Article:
1,904,61s 

1,730,492 

1,392,497 

317.039 

827,265 

559,008 
295.207 
567.427 



f Austria 



cwts. 

316,195 
28s,o5i 

371,4M 

23,149 

85,371 

61,312 

317,070 

378,244 

78S.4SI 

72,722 

11,041 

579,280 

I,320,S29 

142,635 

1,004,701 

i,03o,s63 

60,472 

239W47 

S5.186 

11,530 

- 2,337 



Year 
Ended 

..1854 
..185S 
..1856 
..1857 
..1858 
..18S9 
..1860 
..1861 
..1862 
..1863 
. . 1864 
..1865 
..i860 
..1867 
..1868 
..1869 
..1870 
..1871 
..1872 
..1873 
..1874 



• Exclusive of the Duchies of Schleswig and Holstein, with Lauenburg from 1854 to I860, inclusive, 
t Including Venetia from 1864 to 1860, inclusive. 



21 



THE TRIBUNE ALMANAC FOR 1S76. 



THE PUBLIC DEBT OF THE UNITED STATES. 

Statement of November 30, 18T5. 

Debt Bearing Interest In Coin.* 



Title of Loan. 



Authorizing Act. 



Loan of 1858 

Loan of February, 1861 ('81's)., 

Oregon War Debt 

Loan of July & Aug. 1861 ('81's) 

Loan of 1863 ('81's) 

Ten-forties of 1864 

Five-twenties of June, 1864 

Five-twenties of 1865 

Consols of 1865 

.Consols of 1867 

Consols of 1868 

Funded Loan of 1881 



[June 14, 1858 

'February 8, 1861 . . . 

'March 2,1861 

'July 17 & Aug. 5, '61 

.March 3, 1863 

March 3, 1864 

'June 30, 1864 

'March 3, 1865 

March 3, 1865 

|March 3, 1865 

; March 3, 1865 

J'yi4,'7o&Jan.2o.'7i. 



Rate 
of Int. 



When Kedecmab'e. 



sp.ct. 
6p.ct 
6p.ct 
6p.ct 
6p.ct 
5 p.ct 
6p.ct. 
6p.ct. 
6p.ct. 
6p.ct. 
6p.ct. 
5p.ct. 



After Jan. 1, 1874. 



After June 30, 1881. 
After June 30, 1881. 
After March 1, 1874 
After Nov. 1, 1869. . 
After Nov. 1, 1870. . 
After July 1, 1870.. 
After July 1, 1872.. 
After July 1, 1873.. 
After May 1, i88x.. 



When Pay'le. 



Dec. 31, 
July 1, : 



1904 



M'h. 
Nov. 

Nov. 1,1885 
July 1, 1885 
July 1, 1887 
July 1, 1888 



Title of Loan. Interest Payable. 

Loan of 1858 Jan. and July... 

Loan of February, 1861 ('81's). . . 'Jan. and July. . . 

Oregon War Debt Jan. and July. . . 

Loan of July&Aug. 1861 ('81's).. Jan. and July... 

Loan of 1863 ('81's) Jan. and July... 

Ten-forties of 1S64 March and Sept, 

Five-twenties of June, 1864 ;May and Nov.. 

Five-twenties of 1865 I May and Nov. . 

Consols of 1865 Jan. and July . . . 

Consols of 1867 Jan. and July . . , 

Consols of 1868 Jan. and July . . . 

Funded Loan of 1881 Feb., May, &c. . 

Total 



Amount 


Interest due and 


Outstanding. 


unpaid.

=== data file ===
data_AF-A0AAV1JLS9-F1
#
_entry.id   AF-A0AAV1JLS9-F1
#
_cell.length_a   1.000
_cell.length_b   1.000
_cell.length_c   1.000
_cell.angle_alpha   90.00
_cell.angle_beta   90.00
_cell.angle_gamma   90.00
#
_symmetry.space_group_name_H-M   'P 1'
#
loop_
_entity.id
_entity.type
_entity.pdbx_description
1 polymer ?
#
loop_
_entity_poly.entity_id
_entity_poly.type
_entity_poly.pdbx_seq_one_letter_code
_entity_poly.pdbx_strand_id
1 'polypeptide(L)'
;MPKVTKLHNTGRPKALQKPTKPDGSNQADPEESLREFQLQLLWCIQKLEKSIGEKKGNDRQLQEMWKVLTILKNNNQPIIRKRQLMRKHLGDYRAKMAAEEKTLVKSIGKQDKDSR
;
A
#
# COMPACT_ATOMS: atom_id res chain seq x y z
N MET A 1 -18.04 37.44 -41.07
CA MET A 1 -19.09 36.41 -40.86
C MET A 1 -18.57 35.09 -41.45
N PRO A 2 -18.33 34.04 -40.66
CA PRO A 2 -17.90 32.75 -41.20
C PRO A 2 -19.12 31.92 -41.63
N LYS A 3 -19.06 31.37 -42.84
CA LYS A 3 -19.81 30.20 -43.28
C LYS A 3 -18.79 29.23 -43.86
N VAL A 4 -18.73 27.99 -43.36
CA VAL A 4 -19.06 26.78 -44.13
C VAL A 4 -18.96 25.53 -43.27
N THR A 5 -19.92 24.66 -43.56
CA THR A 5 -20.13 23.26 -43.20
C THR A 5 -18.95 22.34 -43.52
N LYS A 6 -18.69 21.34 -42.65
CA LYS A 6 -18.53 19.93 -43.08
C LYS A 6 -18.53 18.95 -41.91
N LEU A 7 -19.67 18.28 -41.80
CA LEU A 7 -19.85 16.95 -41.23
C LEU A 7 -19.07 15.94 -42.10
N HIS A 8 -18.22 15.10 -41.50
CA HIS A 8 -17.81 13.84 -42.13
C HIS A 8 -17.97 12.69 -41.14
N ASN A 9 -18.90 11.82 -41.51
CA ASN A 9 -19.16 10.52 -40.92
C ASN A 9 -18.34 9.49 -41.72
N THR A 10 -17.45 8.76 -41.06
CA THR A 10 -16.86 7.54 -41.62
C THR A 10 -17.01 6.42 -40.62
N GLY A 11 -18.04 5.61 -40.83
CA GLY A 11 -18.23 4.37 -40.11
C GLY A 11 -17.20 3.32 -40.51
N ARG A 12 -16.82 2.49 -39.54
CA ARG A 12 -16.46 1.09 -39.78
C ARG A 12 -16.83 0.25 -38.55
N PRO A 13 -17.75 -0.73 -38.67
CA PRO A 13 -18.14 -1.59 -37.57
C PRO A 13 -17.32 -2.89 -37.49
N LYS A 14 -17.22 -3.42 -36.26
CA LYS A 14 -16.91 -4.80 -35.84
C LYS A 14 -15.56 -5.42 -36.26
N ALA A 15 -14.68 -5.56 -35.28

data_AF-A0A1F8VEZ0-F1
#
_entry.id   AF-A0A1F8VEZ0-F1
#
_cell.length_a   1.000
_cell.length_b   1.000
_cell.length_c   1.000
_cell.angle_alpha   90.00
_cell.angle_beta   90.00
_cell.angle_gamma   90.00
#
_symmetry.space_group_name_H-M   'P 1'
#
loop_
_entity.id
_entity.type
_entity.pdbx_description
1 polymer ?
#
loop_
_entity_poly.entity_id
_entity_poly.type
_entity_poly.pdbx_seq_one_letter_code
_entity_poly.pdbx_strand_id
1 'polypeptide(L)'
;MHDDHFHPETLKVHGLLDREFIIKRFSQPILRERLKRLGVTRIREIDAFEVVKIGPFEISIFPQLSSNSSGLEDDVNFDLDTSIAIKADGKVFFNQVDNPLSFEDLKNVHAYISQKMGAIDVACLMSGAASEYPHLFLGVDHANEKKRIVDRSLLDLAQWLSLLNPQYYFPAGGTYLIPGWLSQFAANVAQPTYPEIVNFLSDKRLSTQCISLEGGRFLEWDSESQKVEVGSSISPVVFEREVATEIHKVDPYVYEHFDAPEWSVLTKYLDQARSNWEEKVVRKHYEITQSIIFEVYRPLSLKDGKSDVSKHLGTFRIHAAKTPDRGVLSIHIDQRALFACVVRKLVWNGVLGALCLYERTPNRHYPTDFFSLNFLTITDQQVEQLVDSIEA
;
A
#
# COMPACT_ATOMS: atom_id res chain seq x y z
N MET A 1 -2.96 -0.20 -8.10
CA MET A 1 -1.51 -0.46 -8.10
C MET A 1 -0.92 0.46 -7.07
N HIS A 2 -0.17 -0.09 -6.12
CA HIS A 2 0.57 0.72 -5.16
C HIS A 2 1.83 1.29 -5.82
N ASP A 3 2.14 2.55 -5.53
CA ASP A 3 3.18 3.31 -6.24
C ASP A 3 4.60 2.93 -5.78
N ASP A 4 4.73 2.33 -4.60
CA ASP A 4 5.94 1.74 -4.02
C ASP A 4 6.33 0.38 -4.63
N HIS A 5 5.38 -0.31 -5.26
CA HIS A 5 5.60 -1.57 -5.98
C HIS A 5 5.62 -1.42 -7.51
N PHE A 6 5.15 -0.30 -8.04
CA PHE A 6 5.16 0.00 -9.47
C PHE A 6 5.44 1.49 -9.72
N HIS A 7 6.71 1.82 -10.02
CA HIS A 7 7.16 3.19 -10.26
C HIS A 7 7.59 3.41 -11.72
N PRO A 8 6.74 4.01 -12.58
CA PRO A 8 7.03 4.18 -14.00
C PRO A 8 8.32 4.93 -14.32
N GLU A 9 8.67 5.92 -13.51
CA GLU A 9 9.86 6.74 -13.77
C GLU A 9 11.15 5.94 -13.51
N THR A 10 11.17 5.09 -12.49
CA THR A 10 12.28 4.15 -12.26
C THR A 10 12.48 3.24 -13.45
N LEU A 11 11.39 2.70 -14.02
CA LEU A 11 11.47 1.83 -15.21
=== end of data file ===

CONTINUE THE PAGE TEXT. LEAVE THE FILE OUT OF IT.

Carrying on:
$260,000 
18,415,000 




$19,170 OO 


945,000 


4,448 75 


189,321,350 


224,283 79 


75,000,000 


68,135 55 


194,566,300 


262,281 36 


46,891,100 


563,345 82 


152,534^50 


2,145,706 80 


202,663,100 


647,739 02 


310,622,750 


963,076 69 


37,474,000 


132,050 48 


465i558,450 


2,960,186 62 


$1,694,251,300 


$7,99o,424 88 



Accrued Interest 
to diite. 



$5,416 67 

460,375 00 

23,625 00 

4,733,033 75 

1,875,000 00 

2,432,078 75 

234,455 50 

762,671 25 

5,066,577 50 

7,765,568 75 

936,850 00 

1,939,826 88 



$26,235,479 05 



Debt on which Interest has Ceased since Tttatnrity. 



Title of Loan. 

Old Debt 



Mexican Indemnity Stock... 

Loan of 1847 

Loan of 1858 

Bounty Land Scrip 

Texan Indemnity Stock 

Loan of i860. 

Five-twenties, 1862 (called). 
Five-twenties, 1864 (called).. 
Five-twenties, 1864 (called).. 
Treasury Notes prior to 1846 

Treasury Notes of 1846 

Treasury Notes of 1847 

Treasury Notes of 1857 

Treasury Notes of 1861 

Seven-thirties of 1861 

One-year Notes of 1863 , 

Two-year Notes of 1863 

Compound-interest Notes. . . 
Seven-thirties of 1864 & 1865. 
Certificates of Indebtedness. 
Temporary Loan 



When Matured. 



i8 3 7- 



At various dates prior to Jan. i, 
At various dates in 1851 & 185* 

Dec. 31, 1867 

Jan. 1, 1874 , 

July 1, 1849 •• 

Dec. 31, 1864. ..; 

Jan. 1 , 1871 

Dec. 1, 1871, and at subsequent dates, 

November 13, 1875 

November 13, 1875 

At various dates from 1838 to 1844 

At various dates in 1847 and 1848 

At various dates in 1848 and 1849 

At various dates in 1858 and 1859 

March 1, 1863 

Aug. 19 and Oct. 1, 1864 

At various dates in 1865 

At various dates in 1866 

June 10, 1867, and May 15, 1868 

Aug. 15, '67, June 15 and July 15, 1868 

At various dates in 1866 

October 15, 1866 

February 28, 1873 



Three pr ct. certifi's (called). . 
Certif. of Indebtedness, i8 7 o.lSeptember 1, 1875 
Aggregate of Debt on which Interest has ceased 



Amt.Outstand'g. 


Interest Ac'd. 


$57,665 00 


$64,174 81 


, 1,104 91 


85 74 


1,250 00 


22 OO 


15,000 00 





3,400 00 


21655 


21,000 00 


3,045 00 


10,000 00 


625 OO 


17,083,10000 


3 6l ,977 54 


249,700 00 


2,049 44 


4,102,400 00 


8,891 30 


82,575 35 


2,670 76 


6,000 00 


206 00 


950 0C 


5700 


1,900 00 


105 00 


3,15000 


378 00 


17,05000 


1,198 43 


64,495 00 


3.236 85 


46,400 00 


2,883 18 


350,520 00 


70,508 81 


190,150 00 


13,882 49 


5,000 00 


3*3 48 


3,060 00 


256 06 


5,000 oq 


394 31 


110,000 00 


2,200 00 


$22,430,870 26 


$539,377 75 



THE TRIBUNE ALMANAC FOR 18T6. 



Debt Bearing no Interest. 



Title of Loan. 



[Old Demand Notes 

Legal Te'fkler Notes . . . 
Certificates of Deposit. 
Fractional Currency. . . 

Coin Certificates 

Unclaimed Interest 



Authorizing Acts. 



July 17, 1861 and Feb. 12, 1862 .' . 

Feb. 25, 1862, July 11, 1862, and March 3,1863 

June 8, 1872 (Clearing House Certificates) 

July 17, 1862, March 3, 1863, and June 30, 1864 

March 3, 1863 



25 



$69,707 50 

372,471,772 00 

42,610,000 00 

42,356,105 01 

IQ >79°\5°o 00 

20,234 84 

Aggregate of Debt bearing no Interest i$477, 3 24,3io 35 



Amount. 



Recapitulation. 



Description of Debt. 



Debt bearing interest in coin , 

Debt bearing currency interest 

Debt on which interest has ceased 
Debt bearing no interest 



Bonds at 6 per cent 

Bonds at 5 per cent